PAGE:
Breland makes grade on, off court; Basketball: Oakland Mills' Anthony Breland has taken his game -- and his grade-point average -- to another level after sitting out last season because of inadequate grades.


Oakland Mills' Anthony Breland is making up for lost time.

Academically ineligible last season, the smooth 6-foot-5, 175-pound senior forward is intent upon creating an impact this season.

Through nine games, he leads the Howard County league in scoring with a 24.2 average, shooting 88-for-150 (58 percent) from the field. He's 5-for-9 (56 percent) from three-point range and 27-for-32 (82 percent) from the foul line.

Breland also has 52 rebounds, 32 assists and 24 steals.

All of that has helped Oakland Mills compile a 7-2 overall record and a league-leading 5-0 mark while hoping for its first county title since 1992 and first state title since 1990.

"He's made a big difference on our team," Scorpions coach Dave Appleby said. "He's the element we missed last season -- a great all-around player who sees the court beautifully, handles the ball well, and can go inside. He's a scoring machine but doesn't look like he's looking for points. He works within our system."

Breland's performance comes as no surprise, because he averaged 15 points his sophomore season.

But he has improved his decision-making, outside shooting and passing.

"There's a maturity and calm about him this year," Appleby said. "He seems happy to be around his teammates and to be getting some acclaim."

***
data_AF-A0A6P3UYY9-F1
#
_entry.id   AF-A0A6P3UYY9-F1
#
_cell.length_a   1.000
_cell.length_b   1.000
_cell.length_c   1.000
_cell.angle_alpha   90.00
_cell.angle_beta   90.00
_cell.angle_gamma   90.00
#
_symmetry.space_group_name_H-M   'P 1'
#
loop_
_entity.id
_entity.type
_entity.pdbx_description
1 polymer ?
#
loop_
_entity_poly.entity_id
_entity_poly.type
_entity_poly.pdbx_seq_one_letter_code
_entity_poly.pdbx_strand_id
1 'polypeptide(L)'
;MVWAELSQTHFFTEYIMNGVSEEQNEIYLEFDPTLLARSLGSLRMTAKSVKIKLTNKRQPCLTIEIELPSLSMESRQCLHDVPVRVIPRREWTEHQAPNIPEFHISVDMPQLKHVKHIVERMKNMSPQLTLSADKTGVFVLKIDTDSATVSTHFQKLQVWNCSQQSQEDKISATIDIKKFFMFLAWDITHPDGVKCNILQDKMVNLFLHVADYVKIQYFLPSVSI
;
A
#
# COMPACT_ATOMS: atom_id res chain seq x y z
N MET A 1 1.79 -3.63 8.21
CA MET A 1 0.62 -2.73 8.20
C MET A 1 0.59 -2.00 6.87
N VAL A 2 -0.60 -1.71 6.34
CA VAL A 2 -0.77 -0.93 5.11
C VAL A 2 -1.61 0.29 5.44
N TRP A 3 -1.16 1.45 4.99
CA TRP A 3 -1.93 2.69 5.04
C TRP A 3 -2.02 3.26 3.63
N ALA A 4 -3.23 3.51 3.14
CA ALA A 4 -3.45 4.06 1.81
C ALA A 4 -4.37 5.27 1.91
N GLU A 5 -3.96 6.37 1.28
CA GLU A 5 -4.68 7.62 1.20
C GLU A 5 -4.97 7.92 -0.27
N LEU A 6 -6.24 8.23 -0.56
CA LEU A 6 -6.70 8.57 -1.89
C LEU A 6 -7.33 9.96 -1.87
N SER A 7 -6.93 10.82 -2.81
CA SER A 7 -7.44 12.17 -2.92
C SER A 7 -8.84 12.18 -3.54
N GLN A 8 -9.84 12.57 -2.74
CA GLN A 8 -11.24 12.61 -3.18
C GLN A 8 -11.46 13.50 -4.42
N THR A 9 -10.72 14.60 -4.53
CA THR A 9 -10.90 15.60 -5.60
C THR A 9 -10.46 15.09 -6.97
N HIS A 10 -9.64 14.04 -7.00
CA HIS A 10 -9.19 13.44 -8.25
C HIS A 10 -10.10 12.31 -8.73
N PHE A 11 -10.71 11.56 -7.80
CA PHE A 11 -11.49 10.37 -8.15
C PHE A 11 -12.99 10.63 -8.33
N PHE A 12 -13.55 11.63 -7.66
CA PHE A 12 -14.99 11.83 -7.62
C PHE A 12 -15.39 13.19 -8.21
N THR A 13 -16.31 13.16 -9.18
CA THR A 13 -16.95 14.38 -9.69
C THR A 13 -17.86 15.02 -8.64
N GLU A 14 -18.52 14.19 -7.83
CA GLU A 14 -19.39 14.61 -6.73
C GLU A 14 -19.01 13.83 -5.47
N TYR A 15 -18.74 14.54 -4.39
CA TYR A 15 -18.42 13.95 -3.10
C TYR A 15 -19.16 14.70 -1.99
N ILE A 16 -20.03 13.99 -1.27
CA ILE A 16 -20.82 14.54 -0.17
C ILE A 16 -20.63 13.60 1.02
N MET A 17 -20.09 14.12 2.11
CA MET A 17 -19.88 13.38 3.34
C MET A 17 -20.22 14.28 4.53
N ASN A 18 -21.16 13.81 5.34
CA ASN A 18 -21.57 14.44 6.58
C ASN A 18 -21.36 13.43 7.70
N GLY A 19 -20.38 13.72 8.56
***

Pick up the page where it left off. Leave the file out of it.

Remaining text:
Breland also has improved in class, garnering a 3.67 grade-point average for the first quarter of this school year.

"It's nice to see that he's improved himself all around," Appleby said.

Breland thinks his best game was against Long Reach Wednesday. He scored 28 points, had five rebounds, three steals and two assists.

"They tried to play a triangle-and-two against him and Murray Graves," Appleby said. "Teams really aren't able to double-team him, because we press so much it's hard to pick him up in the open floor. He and Murray have both height and speed, so it's hard to predict where they'll be."

Veteran Long Reach coach Al Moraz, whose team played No. 1-ranked Archbishop Spalding this season, was impressed with Breland's basketball talent.

"He's on a par with a couple of kids that Spalding has," Moraz said. "The kid's a player. We tried everything and couldn't stop him."

Although Breland thinks Long Reach was his best game, he produced his best numbers against North County -- 33 points, 13 rebounds, four steals and four assists.

He also scored 24 points with seven rebounds, three steals and three assists in an 83-67 loss to third-ranked Annapolis.

Breland and Graves, who also is 6-5, have played together for so long that they complement one another.

"He makes me a better player. I missed having him last season," Graves said.

Breland said: "We know how each other plays."

That teamwork is most evident when the duo combine for alley-oop dunk shots. Breland has 21 dunks and Graves has 17. They serve balls to each other like they've been doing it all their lives.

Breland has played basketball since he was 7, first on Howard County Youth Programs teams, then on Columbia traveling teams. He's played in the Baltimore Neighborhood Basketball League and as a pick-up on an Amateur Athletic Union team that finished 10th at last year's nationals in Florida.

Breland also played on the First Baptist AAU team that finished fifth in the state last season. And he played with three of the county's all-time best players -- Barry Young, Ray Peale and Irving Conwell -- as teammates in an unlimited basketball tournament at Towson University last summer.

College basketball is Breland's goal. Appleby sees him as a Division I prospect. Moraz also sees him playing Division I at a school such as Towson, Loyola or UMBC.

Breland said he may attend a prep school next season while he works on his academics.

Pub Date: 1/10/99

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